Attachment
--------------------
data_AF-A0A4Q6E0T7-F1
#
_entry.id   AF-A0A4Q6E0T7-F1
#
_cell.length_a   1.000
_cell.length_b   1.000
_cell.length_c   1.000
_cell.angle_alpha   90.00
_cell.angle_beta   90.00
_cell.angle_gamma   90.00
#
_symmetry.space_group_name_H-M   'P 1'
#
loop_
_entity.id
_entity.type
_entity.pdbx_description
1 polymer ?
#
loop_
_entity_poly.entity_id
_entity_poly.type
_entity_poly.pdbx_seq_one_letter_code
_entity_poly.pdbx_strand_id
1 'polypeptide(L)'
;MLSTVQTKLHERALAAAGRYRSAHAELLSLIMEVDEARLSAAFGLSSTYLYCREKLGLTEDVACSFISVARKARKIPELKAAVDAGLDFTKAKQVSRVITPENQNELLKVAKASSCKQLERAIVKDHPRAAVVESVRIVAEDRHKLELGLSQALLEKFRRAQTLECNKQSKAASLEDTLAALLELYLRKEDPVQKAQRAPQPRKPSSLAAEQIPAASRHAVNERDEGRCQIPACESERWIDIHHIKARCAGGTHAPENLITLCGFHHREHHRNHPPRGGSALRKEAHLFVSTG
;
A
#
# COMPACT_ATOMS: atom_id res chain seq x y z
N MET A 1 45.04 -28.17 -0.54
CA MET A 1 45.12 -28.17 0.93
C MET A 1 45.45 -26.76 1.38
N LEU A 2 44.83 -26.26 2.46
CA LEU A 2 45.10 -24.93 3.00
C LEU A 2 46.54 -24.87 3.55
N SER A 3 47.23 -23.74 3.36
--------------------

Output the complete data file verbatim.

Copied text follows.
data_AF-A0A4Q6E0T7-F1
#
_entry.id   AF-A0A4Q6E0T7-F1
#
_cell.length_a   1.000
_cell.length_b   1.000
_cell.length_c   1.000
_cell.angle_alpha   90.00
_cell.angle_beta   90.00
_cell.angle_gamma   90.00
#
_symmetry.space_group_name_H-M   'P 1'
#
loop_
_entity.id
_entity.type
_entity.pdbx_description
1 polymer ?
#
loop_
_entity_poly.entity_id
_entity_poly.type
_entity_poly.pdbx_seq_one_letter_code
_entity_poly.pdbx_strand_id
1 'polypeptide(L)'
;MLSTVQTKLHERALAAAGRYRSAHAELLSLIMEVDEARLSAAFGLSSTYLYCREKLGLTEDVACSFISVARKARKIPELKAAVDAGLDFTKAKQVSRVITPENQNELLKVAKASSCKQLERAIVKDHPRAAVVESVRIVAEDRHKLELGLSQALLEKFRRAQTLECNKQSKAASLEDTLAALLELYLRKEDPVQKAQRAPQPRKPSSLAAEQIPAASRHAVNERDEGRCQIPACESERWIDIHHIKARCAGGTHAPENLITLCGFHHREHHRNHPPRGGSALRKEAHLFVSTG
;
A
#
# COMPACT_ATOMS: atom_id res chain seq x y z
N MET A 1 45.04 -28.17 -0.54
CA MET A 1 45.12 -28.17 0.93
C MET A 1 45.45 -26.76 1.38
N LEU A 2 44.83 -26.26 2.46
CA LEU A 2 45.10 -24.93 3.00
C LEU A 2 46.54 -24.87 3.55
N SER A 3 47.23 -23.74 3.36